Much like I thought I’d never use the squeezing action for Google Assistant on a Pixel phone, I never anticipated wanting a secondary screen. Then I used one.
There’s something I can’t quite articulate about having one screen entirely dedicated to email or Twitter and the other for anything else. Sure, you can hop back and forth between apps on any Android phone any day of the week. But to keep them up at the same time? That’s fun. And productive.
Does this mean that I would consider a phone that flips open to reveal a full tablet-sized display? Probably not. See, I like that I can take the V60 in and out of its Dual Screen case based on my needs.
I can easily see this design being used for people who spend much of their day in messaging and email clients. The same goes for people who are actively monitoring things in an app or through a website. Leaving one screen dedicated to that cause while the other can be for anything else? That’s more revolutionary than evolutionary, and I’ll take it.
The LG V60 houses some of the most powerful hardware on the market today so you’d expect it to perform well. Indeed it does.
The V60 is powered by Qualcomm Snapdragon 865 processor which includes 5G support. Aiding the cause are 8GB memory and 128GB of storage with up to 2TB of external storage via microSD card. A 5,000mAh battery keeps things going all day long, often two at a time.
If benchmarks are your thing, you’ll be happy to know that it scores as well as Samsung’s Galaxy S20 and S20 Plus. While I didn’t run them through physical tests for actual numbers, a quick look around tells us that it’s right in the thick of things.
I had no problem with opening apps, multi-tasking, and switching between multiple apps at once. Gaming was buttery smooth; the phone comes with its own (read as: too many) share of titles pre-loaded ahead of time.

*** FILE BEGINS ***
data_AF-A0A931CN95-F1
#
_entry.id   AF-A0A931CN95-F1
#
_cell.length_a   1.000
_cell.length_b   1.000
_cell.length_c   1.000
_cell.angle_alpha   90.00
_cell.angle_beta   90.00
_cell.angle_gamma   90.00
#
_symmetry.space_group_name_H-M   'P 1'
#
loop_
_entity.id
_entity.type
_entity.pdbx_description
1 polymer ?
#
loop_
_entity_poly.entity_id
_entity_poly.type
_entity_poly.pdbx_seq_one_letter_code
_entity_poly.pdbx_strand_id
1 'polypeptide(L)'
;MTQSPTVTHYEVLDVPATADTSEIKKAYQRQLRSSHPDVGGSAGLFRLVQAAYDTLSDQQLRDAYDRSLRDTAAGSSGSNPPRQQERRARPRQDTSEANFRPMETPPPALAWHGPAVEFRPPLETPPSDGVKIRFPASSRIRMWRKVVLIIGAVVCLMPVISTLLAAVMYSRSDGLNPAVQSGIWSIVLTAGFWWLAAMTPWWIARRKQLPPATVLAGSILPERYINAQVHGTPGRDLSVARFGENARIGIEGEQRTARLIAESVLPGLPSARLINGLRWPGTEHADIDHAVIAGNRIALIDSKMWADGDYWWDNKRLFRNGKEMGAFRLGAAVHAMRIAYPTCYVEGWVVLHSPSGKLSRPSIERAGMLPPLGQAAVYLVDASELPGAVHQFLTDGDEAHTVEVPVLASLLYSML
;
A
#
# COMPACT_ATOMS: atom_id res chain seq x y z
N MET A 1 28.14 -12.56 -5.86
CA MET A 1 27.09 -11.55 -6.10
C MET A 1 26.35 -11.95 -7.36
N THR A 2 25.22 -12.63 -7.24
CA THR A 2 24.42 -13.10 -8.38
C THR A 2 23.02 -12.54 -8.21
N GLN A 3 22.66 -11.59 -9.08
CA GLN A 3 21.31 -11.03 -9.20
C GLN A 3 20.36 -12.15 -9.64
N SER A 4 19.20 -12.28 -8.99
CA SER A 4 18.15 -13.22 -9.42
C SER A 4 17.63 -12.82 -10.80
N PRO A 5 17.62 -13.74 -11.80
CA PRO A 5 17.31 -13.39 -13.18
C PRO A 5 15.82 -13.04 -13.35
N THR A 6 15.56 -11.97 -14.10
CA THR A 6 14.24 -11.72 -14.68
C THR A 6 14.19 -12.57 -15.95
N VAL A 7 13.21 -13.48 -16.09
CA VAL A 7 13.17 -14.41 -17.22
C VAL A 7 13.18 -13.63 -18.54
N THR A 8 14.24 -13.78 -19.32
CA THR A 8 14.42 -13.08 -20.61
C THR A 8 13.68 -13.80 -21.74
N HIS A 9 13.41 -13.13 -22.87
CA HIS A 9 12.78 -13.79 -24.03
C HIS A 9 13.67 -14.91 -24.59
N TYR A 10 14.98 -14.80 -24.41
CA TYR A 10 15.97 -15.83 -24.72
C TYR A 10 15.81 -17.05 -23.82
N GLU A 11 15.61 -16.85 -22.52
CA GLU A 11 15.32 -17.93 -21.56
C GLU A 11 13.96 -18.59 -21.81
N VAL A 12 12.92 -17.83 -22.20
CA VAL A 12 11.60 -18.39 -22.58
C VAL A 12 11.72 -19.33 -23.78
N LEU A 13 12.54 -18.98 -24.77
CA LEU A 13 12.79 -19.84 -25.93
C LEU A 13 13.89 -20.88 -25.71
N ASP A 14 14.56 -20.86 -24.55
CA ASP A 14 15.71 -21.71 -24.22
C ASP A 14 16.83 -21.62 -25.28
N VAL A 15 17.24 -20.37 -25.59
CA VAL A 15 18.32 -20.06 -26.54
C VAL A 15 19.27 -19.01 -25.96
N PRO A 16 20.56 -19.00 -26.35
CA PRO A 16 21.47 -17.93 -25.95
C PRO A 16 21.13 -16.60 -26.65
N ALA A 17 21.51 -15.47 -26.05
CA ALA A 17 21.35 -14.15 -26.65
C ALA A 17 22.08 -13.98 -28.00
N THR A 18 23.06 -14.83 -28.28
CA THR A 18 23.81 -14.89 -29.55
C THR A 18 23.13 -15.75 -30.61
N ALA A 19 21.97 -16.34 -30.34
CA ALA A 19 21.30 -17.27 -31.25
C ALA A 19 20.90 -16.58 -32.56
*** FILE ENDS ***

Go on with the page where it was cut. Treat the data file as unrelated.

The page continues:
I did not notice any difference in performance when using the main display as opposed to the Dual Screen. While it might have the most minuscule of delays from swapping screens or moving them between each other, everything else is great.
The LG V60 comes with no less than four cameras on the rear, including the main 64-megapixel sensor. There’s a whole array of options to choose from in both hardware and software. If there’s something you have in mind, the phone has it covered.
Admittedly, I’m far more fond of what Google offers in the camera experience. Sensor number aside, the software is so much more intuitive. But, I fully understand that you can’t roll that out across all cameras.
I gave myself some extra time to play with the camera before snapping anything fun or exciting. For one, I needed to see what the options were and find the right settings. Also, I wanted to ensure I knew it well enough to snap something interesting in a candid moment.
Suffice it to say, the camera experience with the LG V60 is a solid one and I’ve enjoyed tinkering with it. I believe, at least when it comes to flagship phones, that it’s not necessary to compare one model to another. They all kick ass and stand out in various ways.
Given the stay-at-home orders in place for my state, I was not able to get out and grab as many diverse samples as I would have liked by the time I’ve published this. With that said, I do hope to come back and revise this with some fun pictures.
Embedded here are a handful of samples that have only been resized to 1280 x 960 resolution.
It’s easy to switch between modes and take advantage of the standard and ultra-wide angles. And thanks to AI smarts, the phone automatically adjusts lighting, saturation, composition, and other settings. For instance, it treats beverages differently than food and landscape different from the beach.
There are also some other fun things to goof around with including 3D photos and stickers. I may not necessarily use them in my day-to-day lifestyle, but perhaps you will.
Video capturing capabilities are actually ahead of what I can even watch. Indeed, it can record 4K and 8K video. While some of my TV sets are 4K ready, none of them are 8K. As such, everything I’ve captured on the LG V60 looks gorgeous on the device, including both still and moving.
The software experience is its own topic of conversation. I didn’t intend to spend too much time here, but I will say that the review unit we were provided had not only a bunch of T-Mobile apps, but it had LG titles and a host of other seemingly random apps, too.